With the primary objective of raising ethical sensibility, this volume details the ethical problems and dilemmas faced by applied social science researchers. Issues such as the use of deception, the participant's right to privacy and informed consent, and the potential harm of public disclosure are confronted. The author discusses the need to review ethical problems and their implications in the context of current ethical standards in both society and the scientific community. Case studies illustrate unanticipated ethical dilemmas which might emerge during a research project. Issues are presented and interpreted clearly so that their complexity can be penetrated and potential solutions envisioned. The volume also includes specific methodolo
This is the third volume published in association with ESSSAT in the "Issues in Science and Theology" series. This volume focuses on two topics that have so far received little attention in the growing field of science and theology, i.e. ethical matters and issues raised by the technological applications of scientific knowledge. The book's main themes are: Technology's impact on our worldview Morality, nature, and culture Morality in a technological society The book is a selection of contributions to the ESSSAT conference in Nijmegen on "Values and Ethical Issues in Theology, Science and Technology". The essays have been selected on the basis of quality and revised in order to create a comprehensive and carefully focused volume.
A particularly important component of any research project is its ethical dimensions which can refer to varied categories of practice – from the protection of human subjects involved in medical and social research to the publication of results research. More recently, with the estimation of the possible consequences of the implementation of technology, it is important for today’s researchers to address the standards of scientific practice and avoid unethical behavior. Ethics in Research Practice and Innovation is an essential reference source that discusses current and historical aspects of ethical values in scientific research and technologies, as well as emerging perspectives of conducting ethical research in a variety of fields. Featuring research on topics such as clinical trials, human subjects, and informed consent, this book is ideally designed for practitioners, medical professionals, nurses, researchers, scientists, scholars, academicians, policy makers, and students seeking coverage on the ethical risks and limitations of research practice.
The 21st century is shaped by globalisation, worldwide electronic information dissemination and planetary presence of media and IT networks. The information society became a high-tech industrial or systems-technological super-information society with ubiquitous IT accessibility. Attending to techno-science super-structures and systems technocracies the book tackles problems of social responsibility, humanitarianism, ecological policies, and a philosophy of technology, planning, risk assessment, decision-making, globalisation, creativity, achievement-orientation, etc. for a humane future orientation. Philosophy should go systems- and practice-oriented, normative and optimistic again.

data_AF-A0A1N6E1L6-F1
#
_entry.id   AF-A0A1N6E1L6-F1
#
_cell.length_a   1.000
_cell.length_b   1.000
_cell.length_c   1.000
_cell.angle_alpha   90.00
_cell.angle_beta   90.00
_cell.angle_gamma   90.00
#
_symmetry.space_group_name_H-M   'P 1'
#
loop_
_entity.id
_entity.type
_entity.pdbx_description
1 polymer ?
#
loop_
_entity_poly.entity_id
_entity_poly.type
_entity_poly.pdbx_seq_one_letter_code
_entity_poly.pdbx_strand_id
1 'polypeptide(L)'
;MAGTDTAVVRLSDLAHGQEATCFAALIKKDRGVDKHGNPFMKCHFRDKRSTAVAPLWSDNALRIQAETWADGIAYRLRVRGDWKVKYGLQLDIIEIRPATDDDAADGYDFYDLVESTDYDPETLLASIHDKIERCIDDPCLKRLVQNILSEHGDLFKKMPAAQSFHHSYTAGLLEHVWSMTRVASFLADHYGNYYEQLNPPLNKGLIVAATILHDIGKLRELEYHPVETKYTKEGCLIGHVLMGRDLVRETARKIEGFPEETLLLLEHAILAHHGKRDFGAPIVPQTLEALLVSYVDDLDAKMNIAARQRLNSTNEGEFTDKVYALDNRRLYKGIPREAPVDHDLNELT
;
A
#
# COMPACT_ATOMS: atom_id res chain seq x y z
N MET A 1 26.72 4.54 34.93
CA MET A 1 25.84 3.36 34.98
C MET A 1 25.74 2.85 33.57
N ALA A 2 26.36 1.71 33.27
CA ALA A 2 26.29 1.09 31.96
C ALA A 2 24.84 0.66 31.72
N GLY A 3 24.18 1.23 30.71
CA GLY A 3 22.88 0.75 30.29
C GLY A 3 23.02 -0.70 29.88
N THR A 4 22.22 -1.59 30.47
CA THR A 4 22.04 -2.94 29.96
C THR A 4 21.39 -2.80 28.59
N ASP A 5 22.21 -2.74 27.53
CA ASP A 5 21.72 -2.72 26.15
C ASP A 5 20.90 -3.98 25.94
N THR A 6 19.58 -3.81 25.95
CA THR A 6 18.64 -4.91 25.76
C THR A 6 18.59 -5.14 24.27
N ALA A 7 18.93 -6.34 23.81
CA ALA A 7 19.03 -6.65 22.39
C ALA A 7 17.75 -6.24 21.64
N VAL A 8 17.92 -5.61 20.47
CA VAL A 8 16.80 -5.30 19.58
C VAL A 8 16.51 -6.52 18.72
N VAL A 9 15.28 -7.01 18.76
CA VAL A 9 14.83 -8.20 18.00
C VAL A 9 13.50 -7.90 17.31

The idea that science is or should be value-free, and that values are or should be formed independently of science, has been under fire by philosophers of science for decades. Science and Moral Imagination directly challenges the idea that science and values cannot and should not influence each other. Matthew J. Brown argues that science and values mutually influence and implicate one another, that the influence of values on science is pervasive and must be responsibly managed, and that science can and should have an influence on our values. This interplay, he explains, must be guided by accounts of scientific inquiry and value judgment that are sensitive to the complexities of their interactions. Brown presents scientific inquiry and value judgment as types of problem-solving practices and provides a new framework for thinking about how we might ethically evaluate episodes and decisions in science, while offering guidance for scientific practitioners and institutions about how they can incorporate value judgments into their work. His framework, dubbed “the ideal of moral imagination,” emphasizes the role of imagination in value judgment and the positive role that value judgment plays in science.